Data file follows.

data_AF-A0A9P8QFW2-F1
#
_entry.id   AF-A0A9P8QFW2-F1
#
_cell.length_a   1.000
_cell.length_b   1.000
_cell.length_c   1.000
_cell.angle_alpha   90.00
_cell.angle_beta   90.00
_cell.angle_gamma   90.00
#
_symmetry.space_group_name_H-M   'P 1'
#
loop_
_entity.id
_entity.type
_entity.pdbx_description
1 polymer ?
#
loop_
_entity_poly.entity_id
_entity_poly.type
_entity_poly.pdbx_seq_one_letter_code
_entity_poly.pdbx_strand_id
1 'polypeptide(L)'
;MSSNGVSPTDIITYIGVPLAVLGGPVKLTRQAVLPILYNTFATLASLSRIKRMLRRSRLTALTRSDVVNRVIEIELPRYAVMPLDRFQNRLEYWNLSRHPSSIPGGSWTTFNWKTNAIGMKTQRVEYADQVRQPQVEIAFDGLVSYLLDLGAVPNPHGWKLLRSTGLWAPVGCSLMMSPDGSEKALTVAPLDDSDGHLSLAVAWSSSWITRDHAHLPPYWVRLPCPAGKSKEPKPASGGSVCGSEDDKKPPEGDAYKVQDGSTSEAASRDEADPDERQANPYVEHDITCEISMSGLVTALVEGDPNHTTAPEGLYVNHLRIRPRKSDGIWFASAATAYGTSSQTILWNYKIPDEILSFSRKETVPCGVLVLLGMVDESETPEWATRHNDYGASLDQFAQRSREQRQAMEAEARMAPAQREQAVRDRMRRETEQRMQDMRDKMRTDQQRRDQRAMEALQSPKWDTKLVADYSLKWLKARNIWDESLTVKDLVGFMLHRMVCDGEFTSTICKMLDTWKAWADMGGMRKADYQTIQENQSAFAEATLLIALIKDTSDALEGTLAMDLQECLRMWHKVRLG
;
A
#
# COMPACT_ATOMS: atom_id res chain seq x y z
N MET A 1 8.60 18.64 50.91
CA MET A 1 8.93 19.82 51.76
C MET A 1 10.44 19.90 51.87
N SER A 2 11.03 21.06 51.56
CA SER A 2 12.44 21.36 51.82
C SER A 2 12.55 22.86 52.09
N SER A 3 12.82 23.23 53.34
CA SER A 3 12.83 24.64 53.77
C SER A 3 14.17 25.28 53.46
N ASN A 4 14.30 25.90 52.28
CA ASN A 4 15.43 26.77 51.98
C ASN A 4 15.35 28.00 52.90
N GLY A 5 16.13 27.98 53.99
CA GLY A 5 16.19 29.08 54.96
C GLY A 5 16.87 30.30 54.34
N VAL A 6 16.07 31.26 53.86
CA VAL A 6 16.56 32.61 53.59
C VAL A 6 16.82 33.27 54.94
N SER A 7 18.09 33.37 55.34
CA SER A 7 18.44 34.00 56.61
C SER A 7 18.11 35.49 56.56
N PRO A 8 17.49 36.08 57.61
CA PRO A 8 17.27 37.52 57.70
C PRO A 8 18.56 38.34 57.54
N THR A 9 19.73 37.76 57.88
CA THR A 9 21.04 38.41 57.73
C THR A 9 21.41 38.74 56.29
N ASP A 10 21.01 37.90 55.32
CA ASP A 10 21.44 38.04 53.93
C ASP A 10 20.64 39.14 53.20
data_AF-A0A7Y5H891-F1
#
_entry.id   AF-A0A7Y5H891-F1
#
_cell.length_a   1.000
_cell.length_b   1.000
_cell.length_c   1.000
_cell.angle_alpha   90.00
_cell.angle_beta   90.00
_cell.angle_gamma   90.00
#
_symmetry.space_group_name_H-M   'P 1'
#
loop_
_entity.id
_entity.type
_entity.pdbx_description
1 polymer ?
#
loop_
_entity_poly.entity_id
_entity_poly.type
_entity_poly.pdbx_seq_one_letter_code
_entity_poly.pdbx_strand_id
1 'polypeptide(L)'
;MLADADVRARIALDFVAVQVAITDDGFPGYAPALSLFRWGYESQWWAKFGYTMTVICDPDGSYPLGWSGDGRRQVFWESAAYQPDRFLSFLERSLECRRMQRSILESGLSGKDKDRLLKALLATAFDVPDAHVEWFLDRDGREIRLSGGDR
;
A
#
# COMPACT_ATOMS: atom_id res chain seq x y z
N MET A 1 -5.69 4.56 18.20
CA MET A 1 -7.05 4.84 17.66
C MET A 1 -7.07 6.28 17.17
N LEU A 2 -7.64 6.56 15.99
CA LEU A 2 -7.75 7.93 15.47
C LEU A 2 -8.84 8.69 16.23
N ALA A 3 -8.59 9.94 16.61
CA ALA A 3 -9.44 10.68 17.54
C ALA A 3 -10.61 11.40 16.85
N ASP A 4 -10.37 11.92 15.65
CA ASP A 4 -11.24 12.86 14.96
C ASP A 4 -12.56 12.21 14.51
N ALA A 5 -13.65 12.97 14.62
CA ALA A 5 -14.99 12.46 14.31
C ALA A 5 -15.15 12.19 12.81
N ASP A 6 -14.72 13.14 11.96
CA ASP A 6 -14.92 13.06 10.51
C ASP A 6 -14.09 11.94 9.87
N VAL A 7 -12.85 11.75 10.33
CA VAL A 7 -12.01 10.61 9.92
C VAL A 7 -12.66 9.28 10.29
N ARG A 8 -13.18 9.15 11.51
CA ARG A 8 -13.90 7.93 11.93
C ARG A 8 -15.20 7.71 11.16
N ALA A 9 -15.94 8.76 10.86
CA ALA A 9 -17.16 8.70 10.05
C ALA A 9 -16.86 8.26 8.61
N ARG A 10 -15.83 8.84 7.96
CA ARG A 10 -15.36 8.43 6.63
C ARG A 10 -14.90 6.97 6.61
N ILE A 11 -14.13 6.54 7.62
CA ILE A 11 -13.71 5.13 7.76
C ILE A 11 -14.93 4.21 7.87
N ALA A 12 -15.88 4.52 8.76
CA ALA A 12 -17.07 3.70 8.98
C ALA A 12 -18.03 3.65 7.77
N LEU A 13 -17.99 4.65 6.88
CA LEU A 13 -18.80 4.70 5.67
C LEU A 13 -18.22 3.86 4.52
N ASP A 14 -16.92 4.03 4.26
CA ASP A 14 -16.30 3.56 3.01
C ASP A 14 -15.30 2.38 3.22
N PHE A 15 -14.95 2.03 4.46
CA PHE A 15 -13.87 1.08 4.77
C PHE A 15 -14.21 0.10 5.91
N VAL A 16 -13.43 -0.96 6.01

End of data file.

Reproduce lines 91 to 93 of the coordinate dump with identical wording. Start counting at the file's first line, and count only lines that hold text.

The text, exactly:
N MET A 1 -5.69 4.56 18.20
CA MET A 1 -7.05 4.84 17.66
C MET A 1 -7.07 6.28 17.17